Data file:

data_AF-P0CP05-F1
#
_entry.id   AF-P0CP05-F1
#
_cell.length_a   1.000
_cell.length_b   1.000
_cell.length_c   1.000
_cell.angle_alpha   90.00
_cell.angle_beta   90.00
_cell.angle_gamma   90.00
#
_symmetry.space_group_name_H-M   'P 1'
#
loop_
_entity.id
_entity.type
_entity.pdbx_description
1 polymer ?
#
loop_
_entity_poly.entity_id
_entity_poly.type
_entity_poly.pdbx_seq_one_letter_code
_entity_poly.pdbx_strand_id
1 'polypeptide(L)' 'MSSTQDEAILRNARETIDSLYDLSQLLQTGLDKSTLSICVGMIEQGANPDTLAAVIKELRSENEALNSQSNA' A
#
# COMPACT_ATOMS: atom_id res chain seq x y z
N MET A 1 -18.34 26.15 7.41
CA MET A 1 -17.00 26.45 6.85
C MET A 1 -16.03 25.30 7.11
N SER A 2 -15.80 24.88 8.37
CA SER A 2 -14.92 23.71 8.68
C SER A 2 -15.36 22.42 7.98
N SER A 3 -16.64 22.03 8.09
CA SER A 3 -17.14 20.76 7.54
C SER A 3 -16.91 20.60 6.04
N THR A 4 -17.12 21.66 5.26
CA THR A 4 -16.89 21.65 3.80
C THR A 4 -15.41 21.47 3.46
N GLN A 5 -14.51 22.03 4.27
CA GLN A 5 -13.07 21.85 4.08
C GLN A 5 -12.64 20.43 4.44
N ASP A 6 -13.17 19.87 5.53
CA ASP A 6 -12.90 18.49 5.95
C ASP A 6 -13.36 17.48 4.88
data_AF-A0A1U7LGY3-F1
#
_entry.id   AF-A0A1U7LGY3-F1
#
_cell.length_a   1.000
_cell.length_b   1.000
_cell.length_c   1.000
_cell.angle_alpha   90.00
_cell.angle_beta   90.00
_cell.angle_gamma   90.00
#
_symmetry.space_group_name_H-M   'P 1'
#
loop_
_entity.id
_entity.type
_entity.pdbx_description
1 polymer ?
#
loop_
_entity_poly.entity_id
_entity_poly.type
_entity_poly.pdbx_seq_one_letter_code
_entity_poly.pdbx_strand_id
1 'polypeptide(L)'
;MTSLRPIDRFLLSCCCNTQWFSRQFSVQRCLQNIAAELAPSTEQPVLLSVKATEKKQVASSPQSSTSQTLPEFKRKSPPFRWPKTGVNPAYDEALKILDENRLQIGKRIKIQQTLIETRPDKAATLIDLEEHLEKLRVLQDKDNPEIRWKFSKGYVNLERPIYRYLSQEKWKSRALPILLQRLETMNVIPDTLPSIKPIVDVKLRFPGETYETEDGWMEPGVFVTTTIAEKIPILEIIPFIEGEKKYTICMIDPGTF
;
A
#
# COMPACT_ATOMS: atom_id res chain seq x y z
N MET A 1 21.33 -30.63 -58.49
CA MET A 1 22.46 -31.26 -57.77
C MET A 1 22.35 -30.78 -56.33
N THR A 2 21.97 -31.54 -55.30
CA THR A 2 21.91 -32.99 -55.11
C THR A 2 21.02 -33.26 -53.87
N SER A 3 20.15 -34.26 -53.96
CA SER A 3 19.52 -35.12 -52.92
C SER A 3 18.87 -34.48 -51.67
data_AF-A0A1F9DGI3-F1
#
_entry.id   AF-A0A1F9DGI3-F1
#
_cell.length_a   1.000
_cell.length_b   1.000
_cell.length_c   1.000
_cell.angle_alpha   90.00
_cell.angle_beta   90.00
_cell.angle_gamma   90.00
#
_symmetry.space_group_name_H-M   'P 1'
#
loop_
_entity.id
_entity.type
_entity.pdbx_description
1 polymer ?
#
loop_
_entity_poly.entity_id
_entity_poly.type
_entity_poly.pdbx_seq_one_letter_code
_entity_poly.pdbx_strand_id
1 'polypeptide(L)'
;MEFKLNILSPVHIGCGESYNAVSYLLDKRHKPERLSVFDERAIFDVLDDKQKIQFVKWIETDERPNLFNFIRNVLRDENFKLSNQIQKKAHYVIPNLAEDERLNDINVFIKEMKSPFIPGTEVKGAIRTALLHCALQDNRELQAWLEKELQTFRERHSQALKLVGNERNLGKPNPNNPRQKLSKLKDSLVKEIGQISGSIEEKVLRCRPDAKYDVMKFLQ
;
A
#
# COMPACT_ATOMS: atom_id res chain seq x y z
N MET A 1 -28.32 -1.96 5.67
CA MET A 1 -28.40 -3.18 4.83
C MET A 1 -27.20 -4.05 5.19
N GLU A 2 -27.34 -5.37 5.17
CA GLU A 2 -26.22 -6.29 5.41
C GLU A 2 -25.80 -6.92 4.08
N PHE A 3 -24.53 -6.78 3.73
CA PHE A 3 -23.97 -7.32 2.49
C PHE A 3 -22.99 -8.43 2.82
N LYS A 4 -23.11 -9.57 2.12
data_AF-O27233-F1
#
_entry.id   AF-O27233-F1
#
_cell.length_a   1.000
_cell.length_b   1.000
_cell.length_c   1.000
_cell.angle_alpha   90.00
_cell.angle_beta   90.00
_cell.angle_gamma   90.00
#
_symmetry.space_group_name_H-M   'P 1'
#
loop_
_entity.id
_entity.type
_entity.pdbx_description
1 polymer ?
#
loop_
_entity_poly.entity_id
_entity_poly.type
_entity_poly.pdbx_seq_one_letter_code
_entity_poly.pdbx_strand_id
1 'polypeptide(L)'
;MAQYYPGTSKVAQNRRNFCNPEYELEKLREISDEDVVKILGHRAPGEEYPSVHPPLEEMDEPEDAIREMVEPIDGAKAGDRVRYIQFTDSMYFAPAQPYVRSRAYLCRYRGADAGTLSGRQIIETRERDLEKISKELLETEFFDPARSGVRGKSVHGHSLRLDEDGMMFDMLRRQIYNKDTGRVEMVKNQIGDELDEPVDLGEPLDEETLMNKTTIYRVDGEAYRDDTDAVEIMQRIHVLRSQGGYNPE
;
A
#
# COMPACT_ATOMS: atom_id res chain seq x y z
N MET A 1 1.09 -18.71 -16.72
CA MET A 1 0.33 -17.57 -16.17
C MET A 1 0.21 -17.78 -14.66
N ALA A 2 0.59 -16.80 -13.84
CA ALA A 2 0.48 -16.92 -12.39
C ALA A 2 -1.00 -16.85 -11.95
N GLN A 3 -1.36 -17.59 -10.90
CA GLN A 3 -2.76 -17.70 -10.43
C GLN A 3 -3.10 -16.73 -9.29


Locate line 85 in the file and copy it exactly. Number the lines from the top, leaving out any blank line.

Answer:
data_AF-A0A1F9DGI3-F1